ABUJA (Reuters) - New Nigerian President Umaru Yar’Adua promised to be a “servant leader” on Tuesday and encouraged Nigerians to embrace traditional moral values that many feel have been lost in the violent, corrupt country.
In his inaugural speech, Yar’Adua presented himself as a humble man who would work hard to improve living conditions for the poor majority in a nation of 140 million plagued by joblessness, crime and lack of basic services.
“I most humbly offer myself as a servant leader. I will be a good listener and a doer. I will serve this nation with honesty, transparency, accountability and absolute fear of God,” said Yar’Adua, who is a devout Muslim.
“Let us work and strive together to restore our time-honored values of honesty, decency, generosity, modesty, selflessness,” he said.
The stern, self-effacing stance was in sharp contrast to the style of his predecessor, Olusegun Obasanjo, a former army head of state with a fiery temper who was as likely to berate his audiences as to charm them with funny anecdotes.
One of the main challenges Yar’Adua faces as he assumes office is to show Nigerians that he is not Obasanjo’s puppet, as many of them suspect. The inaugural speech seemed designed to highlight the differences between the two men.
“Yar’Adua’s presidency will be a total departure,” said political columnist Pini Jason of Vanguard newspaper.
On the Niger Delta, the oil-producing region in southern Nigeria where militant attacks and constant abductions of foreign workers have crippled output, Yar’Adua pledged to negotiate “in a spirit of fairness, justice and cooperation”.
The choice of words, especially the repeated use of the word “justice”, were an olive branch held out to an impoverished region where most residents feel cheated out of the immense wealth being pumped from their polluted lands.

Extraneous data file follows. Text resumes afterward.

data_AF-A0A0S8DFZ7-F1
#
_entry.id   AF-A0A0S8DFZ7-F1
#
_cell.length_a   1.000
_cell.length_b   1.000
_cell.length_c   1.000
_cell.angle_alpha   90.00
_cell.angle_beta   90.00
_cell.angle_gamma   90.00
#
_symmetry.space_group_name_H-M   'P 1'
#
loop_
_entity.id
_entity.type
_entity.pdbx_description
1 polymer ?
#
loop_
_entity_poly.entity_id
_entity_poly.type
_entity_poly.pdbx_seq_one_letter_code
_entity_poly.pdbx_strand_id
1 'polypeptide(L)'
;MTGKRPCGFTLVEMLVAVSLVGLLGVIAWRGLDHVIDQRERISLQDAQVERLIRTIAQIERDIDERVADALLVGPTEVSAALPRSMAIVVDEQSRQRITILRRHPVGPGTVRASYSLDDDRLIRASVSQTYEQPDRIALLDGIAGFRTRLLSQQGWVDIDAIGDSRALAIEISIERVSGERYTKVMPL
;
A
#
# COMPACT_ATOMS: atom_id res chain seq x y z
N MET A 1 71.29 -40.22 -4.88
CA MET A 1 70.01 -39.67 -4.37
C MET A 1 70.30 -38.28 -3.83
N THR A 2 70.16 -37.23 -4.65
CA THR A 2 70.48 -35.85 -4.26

Obasanjo had threatened last year to meet the militants “force for force” and on a visit to the delta earlier this month, he told local activists they should consider themselves lucky to get personal attention from him and stop complaining.
In another sign that he was trying to differentiate himself from Obasanjo, whose time in the public eye stretches back almost as far as Nigerian independence in 1960, Yar’Adua said his own rise to power marked a “generational change”.
He said he was one of the “children of independence” and urged Nigerians to recapture the optimistic spirit of that era.
He challenged them to “set aside cynicism and strive for the good society that we know is within our reach” -- a message that may be hard to digest for millions of poor Nigerians disillusioned by decades of corrupt and incompetent leaders.
Yar’Adua did praise Obasanjo, especially his free-market economic reforms which the new president said had laid solid foundations upon which he would build.
He made a series of pledges to improve basic infrastructure -- addressing a common complaint about Obasanjo’s reforms that they failed to improve the lot of the poor majority.
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